She can barely see the road because the tears are falling more rapidly now than before. It doesn’t bother her though; she’s driven this road all her life. This is the road home for her. She is usually excited to go home and see her family, but this time it's different. This time it won’t be to say hello and receive hugs, this time it will be to say her final good bye.
She still can’t believe the phone call she received. When she heard that her dad had passed away she went into shock. She couldn’t breathe or feel her body. It was as if she were dead too. All she could feel were the hot salty tears running down her checks. She just sat there gripping the phone until her knuckles were white. She doesn’t even remember hanging up the phone, packing, or walking to the car, but there she is, driving home.
She rolls down the windows thinking that the cool Autumn air would help clear her head, all it did was bring back memories. She started to remember the time they went snow skiing. The breeze was crisp and clean smelling, just like it is now. When they were on the ski lift as a kid she took the deepest breath she could. Her dad looked over, smiled, and put his arm around her. That was one of the best days they spent together on the mountain.
She noticed the song that was playing on the radio. It made her smile; it’s the song that her dad would listen to when he had had a bad day. She really listened to the words for the first time and she realized why it made him happy. The words are as follow, “I say a little prayer for you. Forever and ever you stay in my heart and oh how I love you. Forever and ever you never will part I will always love you. Together forever that’s how it must be to live without you…” It’s a little cheesy but it makes her smile and she begins to sing along, but she can’t handle it and ends up turning the radio off.
She comes to a bridge and yet another memory is resurrected. This is the river that they went canoeing on. She pulls her car over to the side of the road and walks to the edge of the bridge. She closes her eyes and listens to the rushing water. She smiles and opens her eyes again and sees a canoe. She hears the scared, but excited scream from the little girl and the husky laughter coming from the father. He is the one doing all the work so that they won’t tip over, but he doesn’t seem to mind. He just sits there enjoying the time he is spending with his daughter. As they go under the bridge she turns to watch them round the corner, but they don’t come out. She starts to get worried, but then realizes it's just another memory of her father.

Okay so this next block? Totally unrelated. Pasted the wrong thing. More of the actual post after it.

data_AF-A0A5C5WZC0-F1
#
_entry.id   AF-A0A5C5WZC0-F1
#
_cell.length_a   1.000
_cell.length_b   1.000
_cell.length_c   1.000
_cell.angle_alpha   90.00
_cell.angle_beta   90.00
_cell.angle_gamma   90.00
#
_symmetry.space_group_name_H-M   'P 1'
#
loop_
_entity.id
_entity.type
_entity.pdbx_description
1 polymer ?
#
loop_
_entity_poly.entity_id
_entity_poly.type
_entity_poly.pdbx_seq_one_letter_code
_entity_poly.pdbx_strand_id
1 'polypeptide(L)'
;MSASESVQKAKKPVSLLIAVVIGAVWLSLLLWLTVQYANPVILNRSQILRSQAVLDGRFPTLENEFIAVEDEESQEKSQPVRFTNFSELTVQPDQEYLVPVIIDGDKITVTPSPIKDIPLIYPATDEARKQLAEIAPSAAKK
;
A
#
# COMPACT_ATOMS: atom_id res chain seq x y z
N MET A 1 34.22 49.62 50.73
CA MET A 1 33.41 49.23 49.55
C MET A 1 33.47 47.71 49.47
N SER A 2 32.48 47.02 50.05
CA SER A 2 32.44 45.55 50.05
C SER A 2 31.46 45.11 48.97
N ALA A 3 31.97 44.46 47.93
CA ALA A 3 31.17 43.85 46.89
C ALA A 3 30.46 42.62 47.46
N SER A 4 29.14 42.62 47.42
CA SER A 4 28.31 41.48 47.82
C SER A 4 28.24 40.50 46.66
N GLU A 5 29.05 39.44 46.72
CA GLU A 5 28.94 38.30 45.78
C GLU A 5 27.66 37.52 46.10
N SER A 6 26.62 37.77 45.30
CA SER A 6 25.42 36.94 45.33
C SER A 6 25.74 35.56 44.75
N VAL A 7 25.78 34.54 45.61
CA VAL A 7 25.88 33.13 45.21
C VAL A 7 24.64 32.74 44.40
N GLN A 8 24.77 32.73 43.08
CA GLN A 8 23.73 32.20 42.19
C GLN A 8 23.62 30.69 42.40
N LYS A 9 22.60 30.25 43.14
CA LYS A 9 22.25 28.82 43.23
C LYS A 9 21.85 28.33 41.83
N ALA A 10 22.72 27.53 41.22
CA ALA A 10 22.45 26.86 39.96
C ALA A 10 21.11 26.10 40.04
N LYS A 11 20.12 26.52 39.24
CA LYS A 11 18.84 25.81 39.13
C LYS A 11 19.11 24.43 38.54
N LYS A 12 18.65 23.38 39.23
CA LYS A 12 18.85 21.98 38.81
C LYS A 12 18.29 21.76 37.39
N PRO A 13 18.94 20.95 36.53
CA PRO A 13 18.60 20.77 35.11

She slowly turns around with a sad smile and walks back to the car. She finds it really hard to walk; her whole body feels like it is full of lead. Finally she gets to the car door, and as she sits down the tears are falling again. She sits in the car for awhile trying to regain control.
She drives the next ten miles in a trance. She doesn’t even remember turning onto the correct exits. Then she sees the sign that states there is only thirty miles left before she reaches home.
She dreaded seeing that sign. That sign means there is no turning back. It’s finally hitting her that she will never see her dad again. She will no longer get that phone call once a month from him asking how she is doing. She realizes that she will never again see his warming smile at Christmas time, or see him in his favorite blue shirt, or smell his woodsy cologne when he gives her a hug. No not now, she can’t turn around now, not when she has come so far to say her final good bye.
She was driving too fast and was now sitting at the stoplight that marks one mile until she's in town. Instead of driving the posted speed limit of fifty-five she slows down to twenty-five, anything to prolong the moment of saying goodbye.
As she drives into town, she takes a look around. She sees the changing colors of the leaves, hears the birds, and smells the burning of wood. For a moment she feels at peace.
She pulls into the driveway, instead of getting out right away, she just sits in her car so she can listen to everything around her. Everything is still, like the whole world was dead.
Finally she gets out and walks to the front door. Before she can even step foot on the door step her mother is there embracing her in a fierce hug. They stand there crying together before they go say their final good bye together.